Now Aberdeen Asset Management has been compelled to clarify its remuneration policy for departing employees, will other listed asset managers face shareholder pressure over executive pay?
Aberdeen responded to criticism of its remuneration policy ahead of its AGM earlier this month by stressing that incoming executive directors will not be entitled to a bonus after they have left the company, except in exceptional circumstances such as ill health.
A spokesperson said the company did not believe in rewarding failure, with executive bonus awards taking account of key financial performance indicators.
Shareholder activism on remuneration has not been commonplace, but since October of last year, shareholders have had a legally binding vote on directors’ remuneration in a listed company. This means more than half have to agree on a policy for it to be passed.
The changes were the brainchild of business secretary Vince Cable, who wants there to be a ‘clearer link between pay and performance’.
The new rules also force firms to reveal how much chief executives are paid as a single cumulative figure, rather than a potentially complex breakdown of their salary and various benefits. If they leave the company, their payoff must also be made public.
Aberdeen was one of the first companies to be affected, but other firms may also come under pressure to make changes so they do not appear to be ‘rewarding failure’.
Paul Hewitt, a business development manager at Manifest, a leading proxy voting and corporate governance support service, believes the fact that Aberdeen issued an update of this kind was significant because the firm was aware of how a less specific policy could look to shareholders.
‘It’s interesting that Aberdeen specifically referred to the fact that it won’t apply in the case of poor performance because they are cautious of what the public response to that kind of announcement could be,’ he said. ‘Investors are a little bit more focused now, and they are less willing to assume the best where there is doubt.’
Hewitt believes Aberdeen’s move could set a precedent for AGMs in the future.
‘Reputationally speaking, in the financial and banking sectors that is going to be something to look out for in the coming earnings season. They are setting their stall out for shareholders, to see where they are happy with things or not.’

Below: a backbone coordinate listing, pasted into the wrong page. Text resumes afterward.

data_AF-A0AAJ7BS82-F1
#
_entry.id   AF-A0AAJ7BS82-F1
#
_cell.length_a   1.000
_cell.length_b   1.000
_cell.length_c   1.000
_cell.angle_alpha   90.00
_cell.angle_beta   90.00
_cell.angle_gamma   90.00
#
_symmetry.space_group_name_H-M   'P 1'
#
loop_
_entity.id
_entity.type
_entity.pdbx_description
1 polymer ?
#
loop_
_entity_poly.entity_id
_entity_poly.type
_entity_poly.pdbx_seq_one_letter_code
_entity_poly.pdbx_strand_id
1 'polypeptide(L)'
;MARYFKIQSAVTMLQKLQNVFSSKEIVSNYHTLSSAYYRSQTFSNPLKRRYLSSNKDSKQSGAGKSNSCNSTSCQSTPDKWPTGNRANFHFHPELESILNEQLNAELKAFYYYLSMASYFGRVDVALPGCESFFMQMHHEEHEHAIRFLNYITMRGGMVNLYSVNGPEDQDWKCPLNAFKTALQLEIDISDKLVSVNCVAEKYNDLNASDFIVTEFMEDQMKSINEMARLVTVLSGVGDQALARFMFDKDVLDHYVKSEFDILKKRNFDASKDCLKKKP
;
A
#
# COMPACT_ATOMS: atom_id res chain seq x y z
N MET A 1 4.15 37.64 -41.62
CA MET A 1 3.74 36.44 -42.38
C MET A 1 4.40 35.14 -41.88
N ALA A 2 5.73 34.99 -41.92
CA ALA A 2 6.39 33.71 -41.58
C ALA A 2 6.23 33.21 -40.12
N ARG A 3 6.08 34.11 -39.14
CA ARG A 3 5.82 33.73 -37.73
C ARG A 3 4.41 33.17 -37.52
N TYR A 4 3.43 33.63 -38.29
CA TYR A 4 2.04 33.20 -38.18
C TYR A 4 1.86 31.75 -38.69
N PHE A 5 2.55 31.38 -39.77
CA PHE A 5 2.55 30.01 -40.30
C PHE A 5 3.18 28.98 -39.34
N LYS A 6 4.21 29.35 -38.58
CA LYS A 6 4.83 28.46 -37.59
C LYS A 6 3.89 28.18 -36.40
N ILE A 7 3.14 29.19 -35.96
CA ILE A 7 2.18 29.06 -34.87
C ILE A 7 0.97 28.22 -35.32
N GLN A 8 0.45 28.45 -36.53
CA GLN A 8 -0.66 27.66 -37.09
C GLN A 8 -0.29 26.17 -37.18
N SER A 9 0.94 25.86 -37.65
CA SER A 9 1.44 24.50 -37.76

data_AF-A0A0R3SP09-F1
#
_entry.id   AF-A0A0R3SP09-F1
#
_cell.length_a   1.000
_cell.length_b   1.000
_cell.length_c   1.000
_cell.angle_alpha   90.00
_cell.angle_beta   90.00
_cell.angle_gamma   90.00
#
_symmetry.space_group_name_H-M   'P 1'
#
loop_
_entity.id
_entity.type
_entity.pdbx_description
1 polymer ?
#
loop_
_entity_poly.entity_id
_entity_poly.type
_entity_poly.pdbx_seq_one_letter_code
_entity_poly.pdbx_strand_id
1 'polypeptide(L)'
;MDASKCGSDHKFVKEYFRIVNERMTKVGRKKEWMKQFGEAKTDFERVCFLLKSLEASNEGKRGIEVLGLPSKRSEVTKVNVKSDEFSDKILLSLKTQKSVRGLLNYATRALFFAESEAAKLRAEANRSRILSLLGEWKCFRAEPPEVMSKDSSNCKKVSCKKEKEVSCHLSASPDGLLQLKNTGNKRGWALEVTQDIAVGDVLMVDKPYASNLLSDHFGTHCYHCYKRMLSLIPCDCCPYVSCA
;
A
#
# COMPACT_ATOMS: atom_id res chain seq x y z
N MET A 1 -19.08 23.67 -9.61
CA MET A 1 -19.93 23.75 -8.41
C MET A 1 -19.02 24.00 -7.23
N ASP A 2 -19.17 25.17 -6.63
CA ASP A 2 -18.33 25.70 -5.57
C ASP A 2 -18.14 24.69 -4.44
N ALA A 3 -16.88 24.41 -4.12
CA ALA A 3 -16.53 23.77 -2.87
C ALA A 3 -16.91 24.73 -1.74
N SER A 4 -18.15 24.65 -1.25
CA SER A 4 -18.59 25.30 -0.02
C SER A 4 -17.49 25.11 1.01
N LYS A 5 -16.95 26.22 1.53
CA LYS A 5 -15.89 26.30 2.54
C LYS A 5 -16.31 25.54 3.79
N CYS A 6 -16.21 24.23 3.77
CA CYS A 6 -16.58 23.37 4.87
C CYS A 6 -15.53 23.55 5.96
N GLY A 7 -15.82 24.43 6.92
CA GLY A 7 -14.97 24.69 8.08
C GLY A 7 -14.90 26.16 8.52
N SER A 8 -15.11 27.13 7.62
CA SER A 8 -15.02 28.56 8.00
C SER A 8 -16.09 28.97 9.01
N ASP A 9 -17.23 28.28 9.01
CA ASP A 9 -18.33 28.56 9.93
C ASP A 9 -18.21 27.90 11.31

Peter Michaelis, head of sustainable and responsible investment at Alliance Trust Investments, predicts the asset management industry ‘definitely will’ see others following Aberdeen’s lead, now that shareholders can throw out policies they find unacceptable.
‘Now it is binding, it will be something boards take more seriously,’ he said. ‘From a societal point of view, executive pay has risen disproportionately to the rest of the economy. Where shareholders like us can get involved is to make sure that pay is linked to performance – that is the first step.’
But he said this does not spell the end of big bonuses.
‘The remuneration committee are trying to make pay and policy reflect what these leaders are achieving. But the proof is in the pudding. Has that really affected what chief executives are being paid? I don’t think it has that much.’
Dominic Johnson, founding partner and chief executive of Somerset Capital Management, added: ‘Bonuses should be for exceptional performance. If someone is being dismissed, how can they perform exceptionally? The whole point is they should be variable.’
But he does not think more regulation would be the answer. He prefers a cultural change, which he believes would be ‘more powerful’.
Johnson is also deputy chairman of the New City Initiative, a think-tank of 43 independent asset management firms that aims to provide an expert voice on financial regulation.
He said: ‘I would prefer there was not regulation around this but anything that gives shareholders more power is a good thing. I admire what [Aberdeen chief executive] Martin Gilbert (pictured) has done with that company hugely and if other firms follow suit is great.’
Johnson also emphasised that asset managers are largely better at self-regulating than the large banks, but don’t always get the credit for it.
David Norman, formerly CEO at Credit Suisse Asset Management and co-founder of TCF Investment, argues the cultural shift described by Johnson has already taken place, with shareholders ready to question guaranteed payouts.
‘There is a kind of societal shift over what is reasonable and what you can’t get away with. A chief executive can’t earn 20 times what their employees do now,’ he said.
‘It used to be if you couldn’t pay the bonus you couldn’t get the right people but now people are thinking, “hang on, if you don’t give us the performance, why should you get the reward?”’